Music and Movement

Anton EmeryUncategorized2 Comments

Amazing athlete and coach Ido Portal recently used my arrangement of Childs Grove in one of his Youtube videos.

 

I was fortunate to take a number of workshops from Ido recently, focusing on bodyweight strength, movement, and balance. Besides music my other main hobbies are Brazillian Juijitsu(BJJ), and alongside that, strength and conditioning training. I believe a healthy body is important, and getting up and moving is a good opposite from sitting playing guitar for long periods of time.

Though on the surface they seem like very disparate activities I often find alot of similarities between brazillian juijitsu and music. In both things I am trying to accomplish an end goal as effeciently and with as much technique as possible, without muscling or forcing things. Forcing things will only get you so far in the beginning, and will retard progress later down the line.

Both activities involve alot of thinking, critical analysis, and problem solving. You have to step back and look critically at what you are doing. You use drills, technical exercises, and repitition to smooth things out and develope effecient muscle memory. While the learning curve is often quick at first, after a while things slow down and progress is often measured in months and years rather then days and weeks. It becomes more about the journey than the destination.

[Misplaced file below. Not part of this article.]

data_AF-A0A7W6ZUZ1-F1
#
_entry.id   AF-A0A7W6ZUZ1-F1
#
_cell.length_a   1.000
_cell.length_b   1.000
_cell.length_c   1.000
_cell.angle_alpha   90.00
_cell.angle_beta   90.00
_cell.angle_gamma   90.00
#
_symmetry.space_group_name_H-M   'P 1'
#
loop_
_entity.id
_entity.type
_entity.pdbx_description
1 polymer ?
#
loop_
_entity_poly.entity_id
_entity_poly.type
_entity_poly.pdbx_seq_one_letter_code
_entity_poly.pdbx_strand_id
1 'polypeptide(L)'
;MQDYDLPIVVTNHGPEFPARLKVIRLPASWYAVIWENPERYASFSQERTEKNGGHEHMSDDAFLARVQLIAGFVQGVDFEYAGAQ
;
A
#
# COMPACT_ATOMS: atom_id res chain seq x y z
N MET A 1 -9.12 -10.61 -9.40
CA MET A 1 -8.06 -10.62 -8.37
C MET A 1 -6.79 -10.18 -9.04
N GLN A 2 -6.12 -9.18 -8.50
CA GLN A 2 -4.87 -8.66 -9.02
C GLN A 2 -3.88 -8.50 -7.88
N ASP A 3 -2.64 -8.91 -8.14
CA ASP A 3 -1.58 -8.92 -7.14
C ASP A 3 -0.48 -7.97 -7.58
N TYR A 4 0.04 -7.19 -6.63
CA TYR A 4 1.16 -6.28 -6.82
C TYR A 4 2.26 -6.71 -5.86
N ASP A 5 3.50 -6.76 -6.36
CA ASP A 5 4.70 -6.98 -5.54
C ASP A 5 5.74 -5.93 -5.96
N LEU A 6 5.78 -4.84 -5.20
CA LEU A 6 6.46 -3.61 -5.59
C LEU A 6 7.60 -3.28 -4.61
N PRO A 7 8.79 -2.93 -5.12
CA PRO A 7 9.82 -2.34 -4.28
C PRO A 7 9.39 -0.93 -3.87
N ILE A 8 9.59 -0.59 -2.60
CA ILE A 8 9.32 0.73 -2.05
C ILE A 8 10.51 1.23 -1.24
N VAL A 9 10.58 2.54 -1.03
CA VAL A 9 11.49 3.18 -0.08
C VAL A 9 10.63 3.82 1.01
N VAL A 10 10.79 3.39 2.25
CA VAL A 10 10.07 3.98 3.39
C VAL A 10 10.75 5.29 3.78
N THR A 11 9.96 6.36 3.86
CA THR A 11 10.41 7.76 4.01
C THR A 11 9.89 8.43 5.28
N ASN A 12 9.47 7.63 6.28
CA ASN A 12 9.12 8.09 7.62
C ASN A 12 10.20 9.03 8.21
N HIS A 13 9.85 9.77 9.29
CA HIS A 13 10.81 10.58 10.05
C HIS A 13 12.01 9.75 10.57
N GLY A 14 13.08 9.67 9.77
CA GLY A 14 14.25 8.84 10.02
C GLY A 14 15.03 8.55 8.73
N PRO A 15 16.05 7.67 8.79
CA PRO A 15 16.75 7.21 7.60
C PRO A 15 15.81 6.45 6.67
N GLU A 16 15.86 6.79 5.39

In both music and BJJ I find I perform the best when I am not worried about the outcome, and just focused on the present. I try to react to the moment, and am not dwelling on what happened two minutes ago or what is going to take place a minute from now.

Kind of like being in the zone.


 

Anton Emery

2 Comments on “Music and Movement”

  1. Great post!

    Learning to focus on the present is really important, and so difficult for a lot of us. You make me wonder if I'd be a better musician if I'd stuck with the sports I was (gently) forced to play in grade school… Although probably not unless I'd gotten more involved with it.

    How would suggest people work on this?

  2. Thanks William. Yea, I am not sure if folks who play sports make better musicians. I do think one can draw parallels between practicing for the two things, I see music alot like a sport. Though we are just using our two hands, possibly our mouth, and the instrument. One is still building a physical skill, muscle memory, and trying to execute that skill the same time whenever you pick up your instrument.

    As far as focusing on the the present, that is harder. Its rare that I get there myself, when playing guitar. I try to segment my practice sessions, so there is a time when I am being very deliberate, focusing on technique, stopping to correct my mistakes, and really analyze things. But usually after I am warmed up and have done some sort of technique practice I like to give myself some time to just sit and play. Usually its pieces or tunes that I know well or have been playing long enough that they are in muscle memory. I find its with these pieces that I am most often in the "zone" I have to worry less about the physical execution of it and can concentrate solely on making the music. Striving for perfect tone, relaxing in both hands, really making things sing. I think I can do that because the larger issues of where my left hand should be fretting and my right hand should be picking are already taken care of. So its easier to really narrow in on the little things.

    Anton

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